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Apr 07 2015

30 Haikus About PTSD (Haikus 6-10)

Most of these haikus are more related to my earlier years of PTSD than the current time of PTSD. I was really in the “living hell” of PTSD from 2007 until December 2014 – now I’m in partial living hell but I’m reorganizing my brain somewhat due to seeing a Somatic Experiencing therapist since October.

Most of the time that I have been contending with PTSD, my brain has been acting like a really high strung study partner throwing flash cards at me constantly. These are flash cards from History Class – well, technically My Trauma History Class. So, I hear a sound and my study partner brain throws a handful of flash cards in my face – DEATH! HORROR! ABUSE! I’m like, dude, I’m not trying to study that right now, that’s historical info. A second later, I notice a sensation in my body and my study partner throws more flash cards at my head – FEAR! TERROR! STUDY IT! LIVE IT! IT IS YOU!! The unfortunate thing is I always, always believe him even though I try so hard to outsmart him. So, the haikus are about that 100% living hell. Now there are not quite as many flash cards and I got some skillz for recovery but there are still a whole lot getting thrown at me – so, partial living hell.

But I digress. Here they are 🙂

haiku # 6

a hawk flies under lakes of black ice, seeding love, melting great horrors

a hawk flies under

lakes of black ice

seeding love

melting great horrors

OK, so this is a haiku about the healing that goes on unconsciously after going through some kind of therapeutic process. For example, going to therapy usually gently stirs up my mind and helps me open up to new perceptions, more positive ideas about life and self and people, and different ways of reacting to my environment. These things percolate somewhere under the surface.

The hawk is associated with a wide view of life, the big picture, the very long sweeping view of future and our own growth and evolution over a long period of time.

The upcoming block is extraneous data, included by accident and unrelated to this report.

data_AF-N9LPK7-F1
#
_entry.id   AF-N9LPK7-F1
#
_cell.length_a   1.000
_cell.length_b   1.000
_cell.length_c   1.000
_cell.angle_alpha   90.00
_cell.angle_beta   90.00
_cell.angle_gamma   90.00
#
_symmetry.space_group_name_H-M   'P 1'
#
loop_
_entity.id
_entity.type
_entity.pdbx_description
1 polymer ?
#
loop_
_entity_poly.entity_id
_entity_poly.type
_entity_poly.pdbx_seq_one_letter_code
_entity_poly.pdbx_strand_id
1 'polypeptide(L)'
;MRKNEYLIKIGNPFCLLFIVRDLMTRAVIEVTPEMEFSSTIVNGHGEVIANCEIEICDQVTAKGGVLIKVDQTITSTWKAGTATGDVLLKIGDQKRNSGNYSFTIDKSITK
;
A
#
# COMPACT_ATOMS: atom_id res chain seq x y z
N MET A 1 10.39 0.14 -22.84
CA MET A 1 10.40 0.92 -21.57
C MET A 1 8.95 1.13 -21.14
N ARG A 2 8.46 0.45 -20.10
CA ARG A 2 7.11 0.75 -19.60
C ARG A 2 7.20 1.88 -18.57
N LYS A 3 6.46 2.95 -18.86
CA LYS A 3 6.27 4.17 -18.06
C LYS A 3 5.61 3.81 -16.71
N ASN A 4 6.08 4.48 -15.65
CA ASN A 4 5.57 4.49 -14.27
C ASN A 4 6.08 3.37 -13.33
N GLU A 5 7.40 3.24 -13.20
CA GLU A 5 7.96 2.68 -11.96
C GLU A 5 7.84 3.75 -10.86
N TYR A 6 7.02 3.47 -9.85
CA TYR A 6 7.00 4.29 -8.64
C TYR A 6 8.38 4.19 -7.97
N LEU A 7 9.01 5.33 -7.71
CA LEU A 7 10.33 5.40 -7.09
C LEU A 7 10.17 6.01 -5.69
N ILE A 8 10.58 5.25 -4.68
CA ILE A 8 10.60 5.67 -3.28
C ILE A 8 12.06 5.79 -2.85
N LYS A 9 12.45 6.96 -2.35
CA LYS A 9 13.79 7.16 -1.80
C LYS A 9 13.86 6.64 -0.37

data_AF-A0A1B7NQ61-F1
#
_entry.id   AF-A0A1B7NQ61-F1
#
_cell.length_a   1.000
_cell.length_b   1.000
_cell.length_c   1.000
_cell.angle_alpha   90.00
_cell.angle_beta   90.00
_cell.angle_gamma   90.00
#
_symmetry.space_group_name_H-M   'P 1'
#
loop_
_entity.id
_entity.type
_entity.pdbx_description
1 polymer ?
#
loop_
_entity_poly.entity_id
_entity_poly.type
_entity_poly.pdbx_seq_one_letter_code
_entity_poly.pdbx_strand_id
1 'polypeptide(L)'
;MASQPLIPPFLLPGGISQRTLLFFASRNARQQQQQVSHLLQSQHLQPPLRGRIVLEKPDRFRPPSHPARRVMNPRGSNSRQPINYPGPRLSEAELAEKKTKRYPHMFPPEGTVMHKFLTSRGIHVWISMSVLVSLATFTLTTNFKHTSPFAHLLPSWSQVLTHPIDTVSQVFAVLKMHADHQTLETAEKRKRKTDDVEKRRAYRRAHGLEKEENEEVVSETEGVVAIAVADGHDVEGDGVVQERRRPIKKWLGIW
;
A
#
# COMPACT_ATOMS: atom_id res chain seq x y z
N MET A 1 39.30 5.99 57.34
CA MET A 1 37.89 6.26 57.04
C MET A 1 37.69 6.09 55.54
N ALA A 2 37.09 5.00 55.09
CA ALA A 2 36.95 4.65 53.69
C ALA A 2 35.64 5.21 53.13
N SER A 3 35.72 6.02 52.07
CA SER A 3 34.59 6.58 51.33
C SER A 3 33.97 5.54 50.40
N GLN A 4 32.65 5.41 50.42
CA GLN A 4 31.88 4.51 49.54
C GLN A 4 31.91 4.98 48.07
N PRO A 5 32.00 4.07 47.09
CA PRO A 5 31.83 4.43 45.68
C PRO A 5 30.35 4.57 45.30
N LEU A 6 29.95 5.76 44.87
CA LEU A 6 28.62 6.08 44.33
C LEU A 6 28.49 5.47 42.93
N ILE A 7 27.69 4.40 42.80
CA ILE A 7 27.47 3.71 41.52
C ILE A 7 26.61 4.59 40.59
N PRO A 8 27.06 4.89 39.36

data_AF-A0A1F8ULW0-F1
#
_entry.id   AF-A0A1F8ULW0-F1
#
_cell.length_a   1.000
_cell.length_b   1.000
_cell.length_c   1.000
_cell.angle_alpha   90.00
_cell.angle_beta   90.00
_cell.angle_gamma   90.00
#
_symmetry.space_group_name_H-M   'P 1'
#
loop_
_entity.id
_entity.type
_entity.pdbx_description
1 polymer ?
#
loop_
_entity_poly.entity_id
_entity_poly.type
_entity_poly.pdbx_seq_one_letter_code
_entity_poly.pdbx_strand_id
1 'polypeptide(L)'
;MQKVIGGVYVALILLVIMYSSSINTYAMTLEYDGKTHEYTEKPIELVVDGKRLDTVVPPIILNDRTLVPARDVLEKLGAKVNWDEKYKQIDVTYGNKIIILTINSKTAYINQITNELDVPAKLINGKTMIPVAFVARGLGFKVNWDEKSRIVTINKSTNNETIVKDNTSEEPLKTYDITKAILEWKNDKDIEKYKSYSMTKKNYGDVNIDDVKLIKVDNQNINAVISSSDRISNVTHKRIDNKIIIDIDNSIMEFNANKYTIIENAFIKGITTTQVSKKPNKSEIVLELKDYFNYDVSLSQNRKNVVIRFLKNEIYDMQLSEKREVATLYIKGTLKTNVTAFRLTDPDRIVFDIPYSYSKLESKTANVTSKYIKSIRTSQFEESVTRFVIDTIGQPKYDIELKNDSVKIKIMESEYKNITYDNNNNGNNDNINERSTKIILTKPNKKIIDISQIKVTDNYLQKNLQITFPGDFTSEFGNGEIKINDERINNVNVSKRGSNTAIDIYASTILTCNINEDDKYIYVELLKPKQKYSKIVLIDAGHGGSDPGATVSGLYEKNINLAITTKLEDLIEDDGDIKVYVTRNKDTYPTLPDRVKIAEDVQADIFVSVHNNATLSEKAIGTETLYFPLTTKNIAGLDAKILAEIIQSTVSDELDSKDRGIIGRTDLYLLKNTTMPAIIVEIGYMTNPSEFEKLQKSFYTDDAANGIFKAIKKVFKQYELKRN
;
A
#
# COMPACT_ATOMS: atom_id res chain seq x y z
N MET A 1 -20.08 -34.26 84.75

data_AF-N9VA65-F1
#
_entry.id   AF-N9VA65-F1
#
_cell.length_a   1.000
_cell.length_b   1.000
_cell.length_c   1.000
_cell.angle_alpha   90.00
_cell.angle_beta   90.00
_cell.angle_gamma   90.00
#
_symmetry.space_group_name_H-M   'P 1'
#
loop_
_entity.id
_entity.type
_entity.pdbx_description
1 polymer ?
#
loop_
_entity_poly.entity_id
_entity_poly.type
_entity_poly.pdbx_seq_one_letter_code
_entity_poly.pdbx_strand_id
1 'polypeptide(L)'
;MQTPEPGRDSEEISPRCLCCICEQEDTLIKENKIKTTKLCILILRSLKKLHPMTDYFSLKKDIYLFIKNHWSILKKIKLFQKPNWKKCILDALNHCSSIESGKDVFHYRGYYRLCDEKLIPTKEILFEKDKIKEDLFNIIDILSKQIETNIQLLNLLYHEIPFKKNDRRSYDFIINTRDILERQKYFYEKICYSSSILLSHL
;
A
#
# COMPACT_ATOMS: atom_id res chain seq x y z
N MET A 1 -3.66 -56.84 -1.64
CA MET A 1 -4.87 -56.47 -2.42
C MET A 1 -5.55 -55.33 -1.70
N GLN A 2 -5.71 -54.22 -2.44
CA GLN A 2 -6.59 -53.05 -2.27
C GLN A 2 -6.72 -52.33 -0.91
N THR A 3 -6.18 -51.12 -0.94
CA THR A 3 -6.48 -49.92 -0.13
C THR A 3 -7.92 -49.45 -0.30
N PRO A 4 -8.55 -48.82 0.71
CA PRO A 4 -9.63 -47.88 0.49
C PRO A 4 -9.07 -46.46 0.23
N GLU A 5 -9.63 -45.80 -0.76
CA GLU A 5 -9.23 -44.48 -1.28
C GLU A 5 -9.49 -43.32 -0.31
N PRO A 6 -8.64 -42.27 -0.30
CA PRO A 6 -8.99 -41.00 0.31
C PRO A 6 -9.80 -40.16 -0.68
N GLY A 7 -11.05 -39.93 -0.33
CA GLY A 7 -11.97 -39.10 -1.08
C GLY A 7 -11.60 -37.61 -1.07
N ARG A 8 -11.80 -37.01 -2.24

This haiku is about how, as this more expanded self gets stronger, it touches the unconscious, the dark shadows of deep turmoil and pain, and through love, shifts some aspects of the realms of shadow.

haiku # 7

Desperate to rest, My soul battles through the night Sleep is exhausting

desperate to rest

my soul battles through the night

sleep is exhausting

This is about my experience of waking up more exhausted than I was before going to sleep after just surviving a whole night full of nightmares, insomnia, stress, flashbacks, triggers, terror etc. This doesn’t happen as much anymore, but it used to be a nightly occurrence.

PTSD burns energy. It’s like – I might have said this before but it’s like taking, say, a flashlight battery and trying to use it to run your refrigerator. The energy consumption overwhelms the available energy even if the battery was just recharged, or I guess you could say the battery never has a chance to recharge because the energy is being expended as soon as it goes into the battery. The level of exhaustion is intense.

This can be explained physiologically. Basically, the brain is telling the body to get all systems ready to fight, flee or freeze. All of these systems consume energy as they mobilize to face the attacker. If you are asleep but incredibly tense, waking up constantly, having some kind of trigger throw you into terror, experiencing flashbacks and nightmares – these systems will be going online a lot. And they will drain a lot of energy and this will lead to exhaustion.

If a person has also experienced a physical injury, this can add to the exhaustion as the body repairs itself. Certain medications may also increase tiredness/drowsiness. Problems with sleep apnea, TMJ and jaw misalignment can cause terrible problems sleeping. Nutritional imbalances can cause energetic drain. And also, other psychological issues beyond trauma, such as unprocessed grief, interpersonal conflicts, and other stresses can add to the experience of exhaustion. I’m mentioning all this because it’s good to see the entire picture and how PTSD interacts with all other areas of life. If a person experiences exhaustion it makes sense to evaluate how their system is responding to past traumatic experiences as well as all other factors that influence sleep and energy levels.